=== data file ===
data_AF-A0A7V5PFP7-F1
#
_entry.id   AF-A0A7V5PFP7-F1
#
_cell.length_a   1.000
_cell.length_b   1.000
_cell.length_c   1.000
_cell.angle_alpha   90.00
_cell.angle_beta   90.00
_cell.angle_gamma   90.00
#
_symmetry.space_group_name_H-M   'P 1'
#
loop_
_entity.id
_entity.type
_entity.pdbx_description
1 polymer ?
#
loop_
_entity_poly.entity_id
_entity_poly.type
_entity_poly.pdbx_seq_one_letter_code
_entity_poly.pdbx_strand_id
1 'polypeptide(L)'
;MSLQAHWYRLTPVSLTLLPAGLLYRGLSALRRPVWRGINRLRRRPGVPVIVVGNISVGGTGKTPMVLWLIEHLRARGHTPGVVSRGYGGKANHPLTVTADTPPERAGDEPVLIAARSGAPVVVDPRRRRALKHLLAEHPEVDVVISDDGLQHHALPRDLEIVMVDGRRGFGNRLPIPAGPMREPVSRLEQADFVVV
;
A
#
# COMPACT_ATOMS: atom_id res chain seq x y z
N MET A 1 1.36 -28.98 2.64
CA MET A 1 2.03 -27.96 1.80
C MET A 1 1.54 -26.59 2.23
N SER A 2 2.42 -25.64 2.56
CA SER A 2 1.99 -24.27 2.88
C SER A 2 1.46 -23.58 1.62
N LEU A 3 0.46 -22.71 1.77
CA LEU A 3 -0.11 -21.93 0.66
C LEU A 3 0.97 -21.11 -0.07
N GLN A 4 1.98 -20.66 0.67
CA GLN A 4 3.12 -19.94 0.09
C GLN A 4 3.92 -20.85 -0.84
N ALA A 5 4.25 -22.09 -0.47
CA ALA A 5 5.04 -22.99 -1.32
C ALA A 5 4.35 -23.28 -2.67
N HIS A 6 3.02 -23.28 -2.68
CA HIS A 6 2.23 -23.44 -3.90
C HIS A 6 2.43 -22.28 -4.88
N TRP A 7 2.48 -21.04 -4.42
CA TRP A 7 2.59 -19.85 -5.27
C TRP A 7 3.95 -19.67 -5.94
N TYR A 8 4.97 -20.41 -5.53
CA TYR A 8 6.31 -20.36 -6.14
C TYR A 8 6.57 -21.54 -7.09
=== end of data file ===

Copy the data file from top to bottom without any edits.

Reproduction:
data_AF-A0A7V5PFP7-F1
#
_entry.id   AF-A0A7V5PFP7-F1
#
_cell.length_a   1.000
_cell.length_b   1.000
_cell.length_c   1.000
_cell.angle_alpha   90.00
_cell.angle_beta   90.00
_cell.angle_gamma   90.00
#
_symmetry.space_group_name_H-M   'P 1'
#
loop_
_entity.id
_entity.type
_entity.pdbx_description
1 polymer ?
#
loop_
_entity_poly.entity_id
_entity_poly.type
_entity_poly.pdbx_seq_one_letter_code
_entity_poly.pdbx_strand_id
1 'polypeptide(L)'
;MSLQAHWYRLTPVSLTLLPAGLLYRGLSALRRPVWRGINRLRRRPGVPVIVVGNISVGGTGKTPMVLWLIEHLRARGHTPGVVSRGYGGKANHPLTVTADTPPERAGDEPVLIAARSGAPVVVDPRRRRALKHLLAEHPEVDVVISDDGLQHHALPRDLEIVMVDGRRGFGNRLPIPAGPMREPVSRLEQADFVVV
;
A
#
# COMPACT_ATOMS: atom_id res chain seq x y z
N MET A 1 1.36 -28.98 2.64
CA MET A 1 2.03 -27.96 1.80
C MET A 1 1.54 -26.59 2.23
N SER A 2 2.42 -25.64 2.56
CA SER A 2 1.99 -24.27 2.88
C SER A 2 1.46 -23.58 1.62
N LEU A 3 0.46 -22.71 1.77
CA LEU A 3 -0.11 -21.93 0.66
C LEU A 3 0.97 -21.11 -0.07
N GLN A 4 1.98 -20.66 0.67
CA GLN A 4 3.12 -19.94 0.09
C GLN A 4 3.92 -20.85 -0.84
N ALA A 5 4.25 -22.09 -0.47
CA ALA A 5 5.04 -22.99 -1.32
C ALA A 5 4.35 -23.28 -2.67
N HIS A 6 3.02 -23.28 -2.68
CA HIS A 6 2.23 -23.44 -3.90
C HIS A 6 2.43 -22.28 -4.88
N TRP A 7 2.48 -21.04 -4.42
CA TRP A 7 2.59 -19.85 -5.27
C TRP A 7 3.95 -19.67 -5.94
N TYR A 8 4.97 -20.41 -5.53
CA TYR A 8 6.31 -20.36 -6.14
C TYR A 8 6.57 -21.54 -7.09